Determining the balance between creepy intrusion and thoughtful personal touches is, for companies focused on personal experience and service, an increasingly tough challenge and opportunity given the data that is available in social media. Companies like the Four Seasons hotel group use analysts to mine the Internet for real-time feedback. In his piece for the Globe and Mail, Craig Offman described the experience of author Janine Driver who
was the keynote speaker at a Nashville conference, and told the audience that the Loews Vanderbilt had gone on to her Facebook page, replicated a photo of her newborn baby and his older brother, framed it, and left it on her hotel nightstand. Ms. Driver raved about the experience. On her Facebook page, her baby was wearing a Loews onesie.
“Social media is a great tool for us to personalize their experience and make them feel special during their stay,” said Loews spokeswoman Christina VerHeul, who added that the hotel tracked down the birthday of a guest through social media and put a cake in her room. The hotel also learned the hobby of an arriving celebrity and had a local store custom-design a Melin brand skate cap with a diamond in its bill.
Chekitan Dev, an associate professor at Cornell’s hotel school, also receives unexpected bounty. An allergy sufferer, he breathed easier when The Breakers Palm Beach offered him a humidifier. New York’s Carlyle Hotel placed initialed pillows on his childrens’ beds. All this information, he said, was gleaned from the public domain. “There’s no downside if this is done well,” he said.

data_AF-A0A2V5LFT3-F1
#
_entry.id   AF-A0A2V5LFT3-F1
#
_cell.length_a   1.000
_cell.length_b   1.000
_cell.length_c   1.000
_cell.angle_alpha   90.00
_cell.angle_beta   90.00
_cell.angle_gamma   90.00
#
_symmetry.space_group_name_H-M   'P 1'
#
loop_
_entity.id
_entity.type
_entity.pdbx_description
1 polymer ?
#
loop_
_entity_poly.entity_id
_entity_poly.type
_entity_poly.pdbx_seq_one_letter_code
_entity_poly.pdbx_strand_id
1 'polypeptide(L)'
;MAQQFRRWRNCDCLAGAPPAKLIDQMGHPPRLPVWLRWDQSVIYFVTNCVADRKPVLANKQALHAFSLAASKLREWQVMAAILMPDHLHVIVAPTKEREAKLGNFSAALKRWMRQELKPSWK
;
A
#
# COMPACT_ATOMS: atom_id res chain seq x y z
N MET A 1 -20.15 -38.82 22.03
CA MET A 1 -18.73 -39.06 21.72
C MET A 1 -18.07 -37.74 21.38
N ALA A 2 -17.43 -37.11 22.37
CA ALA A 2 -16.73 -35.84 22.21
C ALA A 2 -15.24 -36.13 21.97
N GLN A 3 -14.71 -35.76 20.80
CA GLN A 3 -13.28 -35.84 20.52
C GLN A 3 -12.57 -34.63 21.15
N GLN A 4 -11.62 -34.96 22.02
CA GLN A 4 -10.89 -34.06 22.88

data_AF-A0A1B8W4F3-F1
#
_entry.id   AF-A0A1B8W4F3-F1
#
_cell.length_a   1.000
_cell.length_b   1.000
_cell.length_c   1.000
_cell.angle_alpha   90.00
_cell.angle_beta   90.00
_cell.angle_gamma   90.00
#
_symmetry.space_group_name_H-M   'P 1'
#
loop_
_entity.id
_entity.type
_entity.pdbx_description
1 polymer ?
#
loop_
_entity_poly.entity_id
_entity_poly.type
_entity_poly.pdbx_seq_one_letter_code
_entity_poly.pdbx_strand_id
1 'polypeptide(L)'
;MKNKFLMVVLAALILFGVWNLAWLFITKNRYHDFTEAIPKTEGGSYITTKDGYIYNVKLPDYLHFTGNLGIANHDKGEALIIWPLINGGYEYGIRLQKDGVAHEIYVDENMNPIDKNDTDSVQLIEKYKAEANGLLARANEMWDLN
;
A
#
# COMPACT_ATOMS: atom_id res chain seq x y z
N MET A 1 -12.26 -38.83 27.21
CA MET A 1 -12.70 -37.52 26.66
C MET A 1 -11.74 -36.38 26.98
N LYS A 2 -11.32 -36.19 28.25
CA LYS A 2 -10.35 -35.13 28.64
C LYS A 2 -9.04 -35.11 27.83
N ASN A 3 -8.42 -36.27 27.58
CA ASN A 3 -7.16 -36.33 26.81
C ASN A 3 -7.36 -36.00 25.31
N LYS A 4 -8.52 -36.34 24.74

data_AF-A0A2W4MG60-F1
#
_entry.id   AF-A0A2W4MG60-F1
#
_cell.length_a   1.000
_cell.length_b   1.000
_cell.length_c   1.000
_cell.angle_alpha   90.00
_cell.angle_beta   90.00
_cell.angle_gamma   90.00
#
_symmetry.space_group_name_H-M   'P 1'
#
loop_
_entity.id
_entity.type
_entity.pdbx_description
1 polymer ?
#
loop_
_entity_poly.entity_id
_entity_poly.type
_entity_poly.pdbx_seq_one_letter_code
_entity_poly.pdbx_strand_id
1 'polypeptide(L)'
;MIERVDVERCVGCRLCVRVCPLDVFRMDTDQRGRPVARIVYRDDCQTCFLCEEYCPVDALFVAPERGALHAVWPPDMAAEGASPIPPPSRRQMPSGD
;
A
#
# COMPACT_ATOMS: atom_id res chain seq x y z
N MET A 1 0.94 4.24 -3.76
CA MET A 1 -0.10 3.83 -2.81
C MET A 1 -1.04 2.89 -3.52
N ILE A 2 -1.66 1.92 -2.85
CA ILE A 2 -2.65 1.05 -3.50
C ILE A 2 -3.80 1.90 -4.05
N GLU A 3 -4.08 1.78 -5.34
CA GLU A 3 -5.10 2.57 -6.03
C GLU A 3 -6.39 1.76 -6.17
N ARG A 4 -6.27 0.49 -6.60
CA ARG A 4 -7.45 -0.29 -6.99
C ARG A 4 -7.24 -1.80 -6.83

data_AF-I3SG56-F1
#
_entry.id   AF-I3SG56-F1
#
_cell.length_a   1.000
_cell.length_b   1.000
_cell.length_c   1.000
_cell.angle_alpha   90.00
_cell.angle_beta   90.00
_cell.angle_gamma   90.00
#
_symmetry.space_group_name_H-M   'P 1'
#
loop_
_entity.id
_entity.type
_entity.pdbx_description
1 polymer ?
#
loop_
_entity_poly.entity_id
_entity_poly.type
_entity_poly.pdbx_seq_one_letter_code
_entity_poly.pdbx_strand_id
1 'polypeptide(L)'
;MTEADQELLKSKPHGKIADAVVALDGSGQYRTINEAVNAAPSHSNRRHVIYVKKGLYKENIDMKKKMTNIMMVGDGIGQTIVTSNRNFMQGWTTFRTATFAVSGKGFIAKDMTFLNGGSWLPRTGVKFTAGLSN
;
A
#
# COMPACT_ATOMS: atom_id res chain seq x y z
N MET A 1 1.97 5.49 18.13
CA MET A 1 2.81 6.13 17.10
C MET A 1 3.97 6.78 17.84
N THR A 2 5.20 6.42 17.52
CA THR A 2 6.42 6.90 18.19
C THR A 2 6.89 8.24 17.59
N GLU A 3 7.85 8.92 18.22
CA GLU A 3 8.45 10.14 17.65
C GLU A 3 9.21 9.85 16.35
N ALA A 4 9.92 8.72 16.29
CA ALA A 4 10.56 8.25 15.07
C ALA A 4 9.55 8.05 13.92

Still, it takes quite a bit of skill to make sure that for a given person a well-intended personal touch doesn’t turn into a big problem if the guest perceives the data mining as creepy and off-putting. TripAdvisor is another vehicle gaining influence in service-oriented sectors like hotels and restaurants.
…upmarket hoteliers nonetheless retain aggregators to comb through, or “scrape,” hundreds of thousands of reviews for the smallest tremors of social-media discontent. “We turn social insight into profitability,” said ReviewPro’s Barcelona-based CEO R.J. Friedlander, whose company works for the Kempinski Hotels, among others. His service can spot a gripe about the shabbiness of a rug or a backhanded barb such as “the room was very small, but well-decorated.” For every 10 raves, he estimates, there is one complaint.
High-end hotels such as Four Seasons and The Ritz-Carlton are the Nadal and Federer of their class, deadlocked in the game of near-perfection. While most of their properties score in the high-80s to low-90s of the Global Review Index – ReviewPro’s consumer report scorecard – every little stroke toward 100 per cent counts.
“We have a 24-7-hour monitoring system,” said Sorya Ingrid Gaulin, Four Seasons’ director of social media and publicity, adding that its hotels have marching orders to respond to complaints within four hours.
On the proactive side, the Four Seasons website posts TripAdvisor reviews (albeit snippets that are uniformly positive), and also uses Revinate to find new customers through keywords and geo-targeting.
“The power has shifted, and we’ve lost control of our reputation,” said Daniel Edward Craig, who runs Reknown, a Vancouver consultancy that works with ReviewPro and TripAdvisor on reputation management. “But there is a lot we can do to regain that control.”
In process excellence, understanding the Voice of the Customer is a critical, one might argue the most critical, element of process design, improvement and management. Social media now ups the ante by dis-aggregating the Voice of the Customer from segments of many to segments of one and by providing the opportunity and challenge of real-time and public feedback on where your service process excels and falls short.